• Evidence of being controlled either physically or psychologically;
  • Inability to leave home or place of work;
  • Inability to speak for oneself or share one’s own information;
  • Information is provided by someone accompanying the individual;
  • Loss of control of one’s own identification documents (ID or passport);
  • Have few or no personal possessions;
  • Owe a large debt that the individual is unable to pay off; or
  • Loss of sense of time or space, not knowing where they are or what city or state they are in.

Mindset of a Trafficking Victim

A human trafficking victim may develop a mindset of fear, distrust, denial, and conflicting loyalties. Foreign victims of trafficking are often fearful of being deported or jailed and, therefore, they may distrust authority figures, particularly law enforcement and government officials. Similarly, traffickers may convince sex trafficking victims who are U.S. citizens or LPRs that, if they report their traffickers to the police, the police will jail the victim for prostitution while the traffickers, pimps, or johns will go free. Many victims of both sex and labor trafficking fear that if they escape their servitude and initiate investigations against their trafficker, the trafficker and his/her associates will harm the victims, the victims’ family members, or other.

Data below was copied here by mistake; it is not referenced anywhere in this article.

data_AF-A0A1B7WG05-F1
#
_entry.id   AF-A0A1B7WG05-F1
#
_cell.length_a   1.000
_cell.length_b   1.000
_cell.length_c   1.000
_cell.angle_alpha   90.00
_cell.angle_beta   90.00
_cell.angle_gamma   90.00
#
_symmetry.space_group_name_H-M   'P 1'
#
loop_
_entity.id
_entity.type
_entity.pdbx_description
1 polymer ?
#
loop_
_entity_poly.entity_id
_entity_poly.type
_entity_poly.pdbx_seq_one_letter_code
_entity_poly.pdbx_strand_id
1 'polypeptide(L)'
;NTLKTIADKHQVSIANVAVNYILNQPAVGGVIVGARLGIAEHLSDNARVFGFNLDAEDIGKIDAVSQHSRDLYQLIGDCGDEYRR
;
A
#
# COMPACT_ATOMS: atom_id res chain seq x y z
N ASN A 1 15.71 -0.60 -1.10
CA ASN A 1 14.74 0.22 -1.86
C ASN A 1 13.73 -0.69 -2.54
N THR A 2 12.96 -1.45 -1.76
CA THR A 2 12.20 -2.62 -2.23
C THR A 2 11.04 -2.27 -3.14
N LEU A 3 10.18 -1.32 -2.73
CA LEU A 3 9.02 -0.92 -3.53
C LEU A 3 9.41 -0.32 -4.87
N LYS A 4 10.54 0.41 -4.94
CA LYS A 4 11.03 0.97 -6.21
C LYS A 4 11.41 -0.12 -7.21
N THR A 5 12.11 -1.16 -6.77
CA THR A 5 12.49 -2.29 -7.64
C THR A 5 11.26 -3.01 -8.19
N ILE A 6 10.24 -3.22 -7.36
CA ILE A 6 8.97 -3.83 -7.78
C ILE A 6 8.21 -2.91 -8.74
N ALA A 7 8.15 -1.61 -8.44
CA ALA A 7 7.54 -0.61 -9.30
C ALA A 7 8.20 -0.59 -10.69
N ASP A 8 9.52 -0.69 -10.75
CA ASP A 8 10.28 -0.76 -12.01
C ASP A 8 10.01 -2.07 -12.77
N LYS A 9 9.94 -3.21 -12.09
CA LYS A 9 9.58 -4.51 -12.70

Psychological  and Behavioral Clues

Being able to recognize the psychological and emotional consequences of human trafficking can also be helpful in identifying victims. Victims often:

  • Develop general feelings of helplessness, shame, guilt, self-blame, and humiliation;
  • Suffer from shock and denial, or display symptoms of post-traumatic stress disorder, phobias, panic attacks, anxiety, and depression;
  • Suffer from sleep or eating disorders;